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3 Tips For Partnership Between HR & Finance

HR and finance: The power duo It may not come as a surprise that business success depends on a productive relationship between HR and finance – or, more specifically, the ...

3 Tips For Partnership Between HR & Finance

HR and finance: The power duo

It may not come as a surprise that business success depends on a productive relationship between HR and finance – or, more specifically, the Chief Human Resources Officer (CHRO) and Chief Financial Officer (CFO). The problem is the functions’ respective day-to-day tasks are erroneously perceived to be worlds apart, and often there is little attempt to forge a strong connection.

The HR and finance legacy

The HR and finance functions have inherited a legacy from older generations – one where they did not have equal standing in a company. The finance function was responsible for accounting and preparing important financial statements, whereas on the other side of the functional wall, HR was purely administrative, responsible for ‘hiring and firing’ and employee record keeping.

However, a lot has changed in recent years: HR has proven it is more than just transactional – it is influential. HR is wholly responsible for the wellbeing of employees and building a happy and satisfied workforce and is certainly a revenue driver. As such, the CHRO has earned a seat at the table, alongside the CEO and CFO.

According to recent research by Ernst & Young,[1] private company CFOs have stronger relationships with IT and operations teams than they do with HR colleagues. Over half (55%) of CFOs reported they had limited or no collaboration with CHROs. See the graph below.

C-Suite collaboration

Why is a good relationship between HR and finance so important?

Below are three reasons why a harmonious relationship between the CHRO and CFO is integral:

  • CFOs often have the final approval of HR projects
  • CFOs are a trusted advisor of the CEO
  • In some organisations, the CFO is directly responsible for HR and related areas like training

Collaboration provides each function with a greater understanding of how the other contributes to overall organisational outcomes, as well as their purpose, vision and values. When HR and finance work in tandem, they can yield a wealth of organisational benefits.

How to strengthen the relationship between HR and finance

Below are three tips on how to kickstart a strong relationship between HR and finance.

1. Collaborate on overlapping programs

A starting point to fostering a stronger HR/finance relationship is to recognise that the two functions share some important organisational priorities. In order to capitalise on this, the functions should work purposefully on programs where there is a natural functional overlap.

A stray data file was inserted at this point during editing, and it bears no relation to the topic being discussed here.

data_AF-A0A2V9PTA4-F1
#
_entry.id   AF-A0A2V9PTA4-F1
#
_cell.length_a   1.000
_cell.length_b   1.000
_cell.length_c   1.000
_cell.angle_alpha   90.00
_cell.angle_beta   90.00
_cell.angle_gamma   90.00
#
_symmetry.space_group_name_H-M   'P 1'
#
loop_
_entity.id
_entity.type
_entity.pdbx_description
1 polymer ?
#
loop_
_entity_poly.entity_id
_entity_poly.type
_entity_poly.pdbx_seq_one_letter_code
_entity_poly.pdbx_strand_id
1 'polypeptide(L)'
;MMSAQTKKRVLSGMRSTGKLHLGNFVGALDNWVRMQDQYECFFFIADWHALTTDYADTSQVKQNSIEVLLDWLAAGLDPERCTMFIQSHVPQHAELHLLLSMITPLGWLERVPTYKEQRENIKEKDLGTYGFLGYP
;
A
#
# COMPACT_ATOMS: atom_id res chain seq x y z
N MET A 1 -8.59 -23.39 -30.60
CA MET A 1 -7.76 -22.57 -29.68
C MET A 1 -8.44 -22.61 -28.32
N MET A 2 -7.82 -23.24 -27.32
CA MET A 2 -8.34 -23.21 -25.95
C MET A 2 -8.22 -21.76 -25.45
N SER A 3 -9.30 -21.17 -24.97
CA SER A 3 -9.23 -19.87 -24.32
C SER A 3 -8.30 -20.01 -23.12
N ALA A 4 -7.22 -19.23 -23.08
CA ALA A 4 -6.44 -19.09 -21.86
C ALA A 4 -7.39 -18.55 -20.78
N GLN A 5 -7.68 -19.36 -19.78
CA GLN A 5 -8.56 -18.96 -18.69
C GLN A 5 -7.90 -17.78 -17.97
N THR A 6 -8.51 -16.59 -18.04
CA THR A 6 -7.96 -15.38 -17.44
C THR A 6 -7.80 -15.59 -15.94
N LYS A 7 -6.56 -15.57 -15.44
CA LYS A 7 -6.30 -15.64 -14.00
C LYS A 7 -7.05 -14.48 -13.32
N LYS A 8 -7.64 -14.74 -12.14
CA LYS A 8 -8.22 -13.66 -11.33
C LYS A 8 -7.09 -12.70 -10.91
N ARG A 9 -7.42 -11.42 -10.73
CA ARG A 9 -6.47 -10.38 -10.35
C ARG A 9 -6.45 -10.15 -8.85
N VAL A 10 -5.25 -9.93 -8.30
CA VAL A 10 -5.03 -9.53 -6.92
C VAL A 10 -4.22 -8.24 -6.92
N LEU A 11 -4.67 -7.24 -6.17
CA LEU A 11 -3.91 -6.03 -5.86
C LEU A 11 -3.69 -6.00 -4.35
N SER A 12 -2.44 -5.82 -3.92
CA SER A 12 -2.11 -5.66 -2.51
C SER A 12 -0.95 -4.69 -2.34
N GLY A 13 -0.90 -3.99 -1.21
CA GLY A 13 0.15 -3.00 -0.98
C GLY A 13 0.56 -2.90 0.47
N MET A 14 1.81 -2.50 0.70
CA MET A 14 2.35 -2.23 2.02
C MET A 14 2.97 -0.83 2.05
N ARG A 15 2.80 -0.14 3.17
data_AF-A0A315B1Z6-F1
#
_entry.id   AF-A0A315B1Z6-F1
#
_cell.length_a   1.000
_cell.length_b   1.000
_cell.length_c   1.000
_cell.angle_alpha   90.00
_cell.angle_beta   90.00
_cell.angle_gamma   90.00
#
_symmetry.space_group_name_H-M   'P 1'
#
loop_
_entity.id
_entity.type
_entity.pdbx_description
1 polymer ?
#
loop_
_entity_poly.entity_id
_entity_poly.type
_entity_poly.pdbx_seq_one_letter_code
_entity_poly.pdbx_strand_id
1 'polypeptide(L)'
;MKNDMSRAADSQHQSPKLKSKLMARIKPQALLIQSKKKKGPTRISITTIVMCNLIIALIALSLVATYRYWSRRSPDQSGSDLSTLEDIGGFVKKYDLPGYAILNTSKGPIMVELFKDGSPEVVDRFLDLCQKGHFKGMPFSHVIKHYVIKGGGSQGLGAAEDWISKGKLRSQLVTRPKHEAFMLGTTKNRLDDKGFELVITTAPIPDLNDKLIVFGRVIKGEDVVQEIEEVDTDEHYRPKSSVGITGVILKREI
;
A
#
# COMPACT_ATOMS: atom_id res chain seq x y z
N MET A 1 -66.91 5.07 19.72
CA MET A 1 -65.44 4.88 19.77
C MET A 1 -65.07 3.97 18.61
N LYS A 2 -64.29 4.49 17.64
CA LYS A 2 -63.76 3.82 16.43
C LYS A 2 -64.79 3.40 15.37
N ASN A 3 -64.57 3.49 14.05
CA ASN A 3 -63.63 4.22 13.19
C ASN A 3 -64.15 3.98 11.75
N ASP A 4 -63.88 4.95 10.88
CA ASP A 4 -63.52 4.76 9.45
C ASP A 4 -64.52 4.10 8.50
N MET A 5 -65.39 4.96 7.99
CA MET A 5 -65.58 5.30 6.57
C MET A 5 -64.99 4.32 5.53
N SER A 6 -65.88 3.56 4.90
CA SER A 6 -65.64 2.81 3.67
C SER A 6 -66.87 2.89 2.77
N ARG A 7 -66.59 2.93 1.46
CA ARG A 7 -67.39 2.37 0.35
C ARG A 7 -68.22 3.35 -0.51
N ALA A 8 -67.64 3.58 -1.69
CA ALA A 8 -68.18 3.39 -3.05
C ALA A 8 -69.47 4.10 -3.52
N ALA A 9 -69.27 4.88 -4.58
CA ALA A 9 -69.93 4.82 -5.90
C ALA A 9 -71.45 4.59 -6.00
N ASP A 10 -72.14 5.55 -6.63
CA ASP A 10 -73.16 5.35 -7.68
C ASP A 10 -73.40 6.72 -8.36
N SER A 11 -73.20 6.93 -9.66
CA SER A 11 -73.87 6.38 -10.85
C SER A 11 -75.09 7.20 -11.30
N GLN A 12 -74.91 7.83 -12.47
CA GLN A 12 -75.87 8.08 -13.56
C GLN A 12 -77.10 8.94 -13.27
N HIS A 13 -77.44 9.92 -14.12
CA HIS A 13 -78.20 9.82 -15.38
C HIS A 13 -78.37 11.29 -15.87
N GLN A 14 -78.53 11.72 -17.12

The main areas of overlap are recruitment, payroll, employee records, expense management and incentive programs. Both functions should dissect the area in question and look at objectives, outcomes and types of information or data they can use or share to help the organisation achieve desired results.

2. Break down silos

Siloed teams are typically symptomatic of larger organisations, where teams – and therefore ideas, purpose and strategies – become disjointed. Siloed teams may also be reactive, rather than proactive. This can cause inconsistency, inaccuracy and frustration, which can be felt by the customers.

One way to remedy this is to implement job shadowing. This is where representatives from each department are assigned to fully understand the ins and outs of the other – the day-to-day activities, team goals, challenges, processes, etc. They should then provide feedback to their department, and work with the other department’s ‘representative’ to identify areas where they can cooperate and add value. This will also help to identify overlaps in personnel and duties that can be streamlined.

3. Harness workforce data and analytics

Another way to unify HR and finance is to enhance HR’s data-literacy. When a HR professional is comfortable with data and metrics, they will be more confident talking to finance in their language: numbers. And, armed with data, HR will be more prepared to communicate how HR initiatives serve the organisation’s bottom line.

Both functions should work together to quantify and measure the impact of certain programs using key HR metrics, thus demonstrating human capital ROI and validating investments.

Workforce analytics also affords HR the opportunity to be involved in strategic decision-making and workforce planning, rather than just implementation.

Only when both parties show sustained effort and dedication to create a collaborative and cooperative environment can a business reach its full potential in today’s world.

The content in this blog is an excerpt from ELMO’s whitepaper: The CHRO/CFO Power Couple: Enhancing the Partnership Between HR and finance to Improve Organisational Outcomes. To download the full whitepaper, click here.

ELMO Software offers people, process and pay solutions in an all-in-one cloud-based platform. This includes recruitment, learning, performance management, payroll, expenses, and more. ELMO has helped thousands of organisations across Australia, New Zealand and the UK better manage, engage and inspire their people. For further information, contact us.

[1] “How will soft skills give CFOs a sharper edge?”, EY, February 2021